Skip to content
My WebMD Sign In, Sign Up

Diabetes Health Center

Font Size
A
A
A

Glucose Meters: What's on the Horizon?

Contact lenses, tattoos, infrared light, and smart sensors will detect your glucose level in the "ouchless" future.
By
WebMD Feature

If you've got diabetes, regular blood glucose (sugar) testing is a fact of life. And getting your all-important glucose level has become easier. Today's glucose meters are more sensitive, and require less blood -- which likely equates with less pain. That advance has been a big one for people with diabetes. But will the "ouch" ever go away?

Researchers are hard at work -- developing special contact lenses, fluorescent "tattoos," infrared devices, and smart sensors to decipher your glucose levels -- with them being "ouchless" as their goal. In some cases, no blood testing is required -- maybe one prick at the most.

Recommended Related to Diabetes

The Dieter’s (and Diabetic Person's) Guide to Buying Chocolate

How can you get your daily chocolate fix -- and eat less sugar or calories, too? That's a million-dollar question that several companies are banking on people asking. Over the past few years, the sugar-free and portion-controlled chocolate market has exploded. There are all sorts of sugar-free versions of favorite chocolate bars. And you can now buy individually wrapped chocolate bars or sticks in 60- to 100-calorie portions, along with the ever-popular kisses. To help you decide among all...

Read the The Dieter’s (and Diabetic Person's) Guide to Buying Chocolate article > >

Guenther Boden, MD, chief of endocrinology at Temple University School of Medicine, has monitored developments in this field over the last few decades.

"The GlucoWatch Biographer seemed like the answer," Boden tells WebMD. "The underside of the watch has a membrane that can suck interstitial fluid through the skin; get 'juice' out of skin, so to speak. And that's what you need to measure glucose; you need to get some body fluid. The technology seems to work. But skin irritation has been a problem for some people."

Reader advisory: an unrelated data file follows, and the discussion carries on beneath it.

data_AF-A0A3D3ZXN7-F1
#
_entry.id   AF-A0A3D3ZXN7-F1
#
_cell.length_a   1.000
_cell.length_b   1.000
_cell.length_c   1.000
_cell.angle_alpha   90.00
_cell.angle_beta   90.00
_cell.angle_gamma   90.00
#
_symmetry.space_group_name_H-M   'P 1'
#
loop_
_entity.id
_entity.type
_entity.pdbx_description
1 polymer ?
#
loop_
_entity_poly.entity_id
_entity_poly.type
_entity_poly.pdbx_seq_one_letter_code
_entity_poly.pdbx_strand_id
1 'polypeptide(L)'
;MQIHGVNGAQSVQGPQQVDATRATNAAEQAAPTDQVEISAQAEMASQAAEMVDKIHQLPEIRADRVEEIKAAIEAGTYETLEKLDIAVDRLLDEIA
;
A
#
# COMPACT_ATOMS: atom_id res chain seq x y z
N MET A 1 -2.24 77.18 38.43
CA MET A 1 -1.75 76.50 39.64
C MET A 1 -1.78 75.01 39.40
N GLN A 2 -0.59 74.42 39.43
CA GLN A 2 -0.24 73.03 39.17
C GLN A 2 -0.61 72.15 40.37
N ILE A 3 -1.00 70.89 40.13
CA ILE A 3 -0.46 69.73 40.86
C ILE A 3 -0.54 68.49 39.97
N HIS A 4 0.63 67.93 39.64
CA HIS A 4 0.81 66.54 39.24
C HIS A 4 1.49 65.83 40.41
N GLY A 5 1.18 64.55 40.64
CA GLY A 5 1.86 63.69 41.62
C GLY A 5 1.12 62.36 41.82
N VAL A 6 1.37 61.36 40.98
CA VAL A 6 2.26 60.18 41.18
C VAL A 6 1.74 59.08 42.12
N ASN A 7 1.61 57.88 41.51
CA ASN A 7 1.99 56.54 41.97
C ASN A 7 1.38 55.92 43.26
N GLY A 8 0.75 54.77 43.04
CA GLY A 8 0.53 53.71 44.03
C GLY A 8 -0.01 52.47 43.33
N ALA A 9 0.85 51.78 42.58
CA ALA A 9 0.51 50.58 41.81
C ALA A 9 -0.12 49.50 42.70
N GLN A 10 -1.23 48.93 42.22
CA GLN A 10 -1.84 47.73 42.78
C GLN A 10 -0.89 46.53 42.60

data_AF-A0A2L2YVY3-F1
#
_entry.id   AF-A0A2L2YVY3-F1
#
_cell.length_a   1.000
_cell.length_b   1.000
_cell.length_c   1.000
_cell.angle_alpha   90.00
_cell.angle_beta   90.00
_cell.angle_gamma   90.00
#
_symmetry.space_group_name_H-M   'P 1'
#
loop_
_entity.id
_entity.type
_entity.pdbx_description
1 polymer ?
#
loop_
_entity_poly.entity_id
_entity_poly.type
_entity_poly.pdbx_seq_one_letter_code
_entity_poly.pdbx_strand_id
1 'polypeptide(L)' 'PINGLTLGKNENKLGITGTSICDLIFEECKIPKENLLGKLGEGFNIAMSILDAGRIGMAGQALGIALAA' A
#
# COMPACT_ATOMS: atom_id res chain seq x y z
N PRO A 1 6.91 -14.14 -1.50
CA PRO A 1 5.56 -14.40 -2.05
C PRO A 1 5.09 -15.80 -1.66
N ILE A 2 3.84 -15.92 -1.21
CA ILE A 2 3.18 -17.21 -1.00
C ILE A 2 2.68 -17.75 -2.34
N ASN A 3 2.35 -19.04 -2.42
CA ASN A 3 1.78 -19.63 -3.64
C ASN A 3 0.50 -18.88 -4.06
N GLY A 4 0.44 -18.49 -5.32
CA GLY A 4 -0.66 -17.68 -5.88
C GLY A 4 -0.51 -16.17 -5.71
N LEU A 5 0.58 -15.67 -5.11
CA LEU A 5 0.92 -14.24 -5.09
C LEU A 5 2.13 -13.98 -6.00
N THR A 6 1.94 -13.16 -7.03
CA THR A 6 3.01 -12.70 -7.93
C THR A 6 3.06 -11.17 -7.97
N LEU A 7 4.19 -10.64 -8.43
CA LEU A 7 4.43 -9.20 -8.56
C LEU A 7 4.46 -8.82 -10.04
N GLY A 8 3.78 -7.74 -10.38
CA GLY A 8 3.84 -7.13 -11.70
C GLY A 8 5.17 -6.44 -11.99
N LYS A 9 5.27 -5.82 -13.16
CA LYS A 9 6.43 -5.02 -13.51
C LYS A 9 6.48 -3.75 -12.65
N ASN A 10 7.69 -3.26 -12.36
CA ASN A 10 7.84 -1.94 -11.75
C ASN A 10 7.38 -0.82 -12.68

That problem is being corrected, says Audrey Finkelstein, a spokeswoman for Animas Corporation, the product's maker. "We are presently working on Biographer III, which will combine the Biographer with tiny microneedles that will extract fluid to provide a better blood sample than is possible with other technologies. It will also greatly reduce or even eradicate skin irritation."

Products like GlucoWatch are good at alerting patients to impending danger -- especially necessary during sleep hours. "It's a dangerous thing for people to buy a product like this, thinking they won't need to do finger sticks anymore ... You simply can't replace finger stick testing if you want to be safe and healthy," Finkelstein tells WebMD.

Another device that tracks glucose trends -- Medtronic's continuous glucose monitoring device, the "Guardian," which received FDA approval in February 2004. That device isn't very patient-friendly, says Boden. It provides data that is downloadable by physicians, so that 72-hour glucose trends can be monitored. But patients don't get any immediate readings. Also, measurements during night hours have been inaccurate. Medtronic "is working very hard to solve that problem," Boden tells WebMD.